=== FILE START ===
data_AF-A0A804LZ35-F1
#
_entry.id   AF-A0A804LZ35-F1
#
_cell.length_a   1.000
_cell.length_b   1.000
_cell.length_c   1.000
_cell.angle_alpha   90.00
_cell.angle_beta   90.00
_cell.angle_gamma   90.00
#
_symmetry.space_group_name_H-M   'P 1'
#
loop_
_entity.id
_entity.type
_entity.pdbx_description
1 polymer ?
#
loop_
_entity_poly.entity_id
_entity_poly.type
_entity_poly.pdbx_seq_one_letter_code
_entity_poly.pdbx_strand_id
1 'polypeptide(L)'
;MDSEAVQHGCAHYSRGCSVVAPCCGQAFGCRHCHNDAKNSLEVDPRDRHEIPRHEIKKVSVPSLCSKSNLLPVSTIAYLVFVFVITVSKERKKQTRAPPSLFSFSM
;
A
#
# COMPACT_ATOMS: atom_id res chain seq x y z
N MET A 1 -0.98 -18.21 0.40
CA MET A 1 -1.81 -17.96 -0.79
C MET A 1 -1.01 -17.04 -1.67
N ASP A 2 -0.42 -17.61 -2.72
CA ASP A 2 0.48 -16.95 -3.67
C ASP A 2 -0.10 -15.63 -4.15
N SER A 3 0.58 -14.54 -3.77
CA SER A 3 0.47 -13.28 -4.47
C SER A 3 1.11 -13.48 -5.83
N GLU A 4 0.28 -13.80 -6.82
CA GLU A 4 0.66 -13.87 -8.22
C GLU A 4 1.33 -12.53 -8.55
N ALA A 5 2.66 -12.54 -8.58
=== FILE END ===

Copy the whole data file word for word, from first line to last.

data_AF-A0A804LZ35-F1
#
_entry.id   AF-A0A804LZ35-F1
#
_cell.length_a   1.000
_cell.length_b   1.000
_cell.length_c   1.000
_cell.angle_alpha   90.00
_cell.angle_beta   90.00
_cell.angle_gamma   90.00
#
_symmetry.space_group_name_H-M   'P 1'
#
loop_
_entity.id
_entity.type
_entity.pdbx_description
1 polymer ?
#
loop_
_entity_poly.entity_id
_entity_poly.type
_entity_poly.pdbx_seq_one_letter_code
_entity_poly.pdbx_strand_id
1 'polypeptide(L)'
;MDSEAVQHGCAHYSRGCSVVAPCCGQAFGCRHCHNDAKNSLEVDPRDRHEIPRHEIKKVSVPSLCSKSNLLPVSTIAYLVFVFVITVSKERKKQTRAPPSLFSFSM
;
A
#
# COMPACT_ATOMS: atom_id res chain seq x y z
N MET A 1 -0.98 -18.21 0.40
CA MET A 1 -1.81 -17.96 -0.79
C MET A 1 -1.01 -17.04 -1.67
N ASP A 2 -0.42 -17.61 -2.72
CA ASP A 2 0.48 -16.95 -3.67
C ASP A 2 -0.10 -15.63 -4.15
N SER A 3 0.58 -14.54 -3.77
CA SER A 3 0.47 -13.28 -4.47
C SER A 3 1.11 -13.48 -5.83
N GLU A 4 0.28 -13.80 -6.82
CA GLU A 4 0.66 -13.87 -8.22
C GLU A 4 1.33 -12.53 -8.55
N ALA A 5 2.66 -12.54 -8.58